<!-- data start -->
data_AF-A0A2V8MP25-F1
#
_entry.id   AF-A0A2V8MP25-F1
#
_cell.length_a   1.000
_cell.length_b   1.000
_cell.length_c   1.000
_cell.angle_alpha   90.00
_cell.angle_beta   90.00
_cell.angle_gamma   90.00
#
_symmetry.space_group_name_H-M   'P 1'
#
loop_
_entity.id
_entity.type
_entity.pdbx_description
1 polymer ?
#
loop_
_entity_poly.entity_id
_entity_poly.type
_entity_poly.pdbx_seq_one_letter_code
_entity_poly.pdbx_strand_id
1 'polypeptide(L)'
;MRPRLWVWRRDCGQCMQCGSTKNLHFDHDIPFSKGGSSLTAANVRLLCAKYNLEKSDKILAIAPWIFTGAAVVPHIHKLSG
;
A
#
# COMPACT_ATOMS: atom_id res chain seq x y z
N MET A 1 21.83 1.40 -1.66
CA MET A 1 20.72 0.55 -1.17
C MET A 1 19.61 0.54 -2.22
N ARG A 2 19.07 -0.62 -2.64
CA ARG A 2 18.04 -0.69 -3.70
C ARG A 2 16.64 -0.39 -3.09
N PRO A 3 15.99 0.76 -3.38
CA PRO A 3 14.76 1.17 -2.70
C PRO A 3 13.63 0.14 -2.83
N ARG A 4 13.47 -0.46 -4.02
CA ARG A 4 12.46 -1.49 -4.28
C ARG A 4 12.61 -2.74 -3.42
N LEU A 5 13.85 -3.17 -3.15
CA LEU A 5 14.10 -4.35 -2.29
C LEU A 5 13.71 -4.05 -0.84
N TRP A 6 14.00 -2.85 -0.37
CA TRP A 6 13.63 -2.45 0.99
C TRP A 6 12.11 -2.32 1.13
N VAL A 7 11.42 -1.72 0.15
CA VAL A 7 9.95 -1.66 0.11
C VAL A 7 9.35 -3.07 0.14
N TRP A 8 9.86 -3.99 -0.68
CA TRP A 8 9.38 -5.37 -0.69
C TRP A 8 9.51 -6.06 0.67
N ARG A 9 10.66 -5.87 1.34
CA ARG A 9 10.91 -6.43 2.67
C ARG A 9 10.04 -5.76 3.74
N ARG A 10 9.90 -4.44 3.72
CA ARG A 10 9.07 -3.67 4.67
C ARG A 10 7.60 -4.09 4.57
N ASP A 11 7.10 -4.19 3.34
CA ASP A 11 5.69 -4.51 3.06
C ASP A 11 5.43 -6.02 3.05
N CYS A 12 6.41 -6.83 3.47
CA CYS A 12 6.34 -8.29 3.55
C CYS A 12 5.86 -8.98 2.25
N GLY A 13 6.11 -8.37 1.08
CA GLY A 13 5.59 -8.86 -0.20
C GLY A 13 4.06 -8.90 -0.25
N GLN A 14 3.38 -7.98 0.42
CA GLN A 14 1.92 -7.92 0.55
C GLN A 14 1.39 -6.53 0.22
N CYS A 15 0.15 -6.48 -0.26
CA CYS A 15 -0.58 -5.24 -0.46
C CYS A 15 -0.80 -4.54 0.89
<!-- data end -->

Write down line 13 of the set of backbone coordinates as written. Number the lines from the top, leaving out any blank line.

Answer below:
#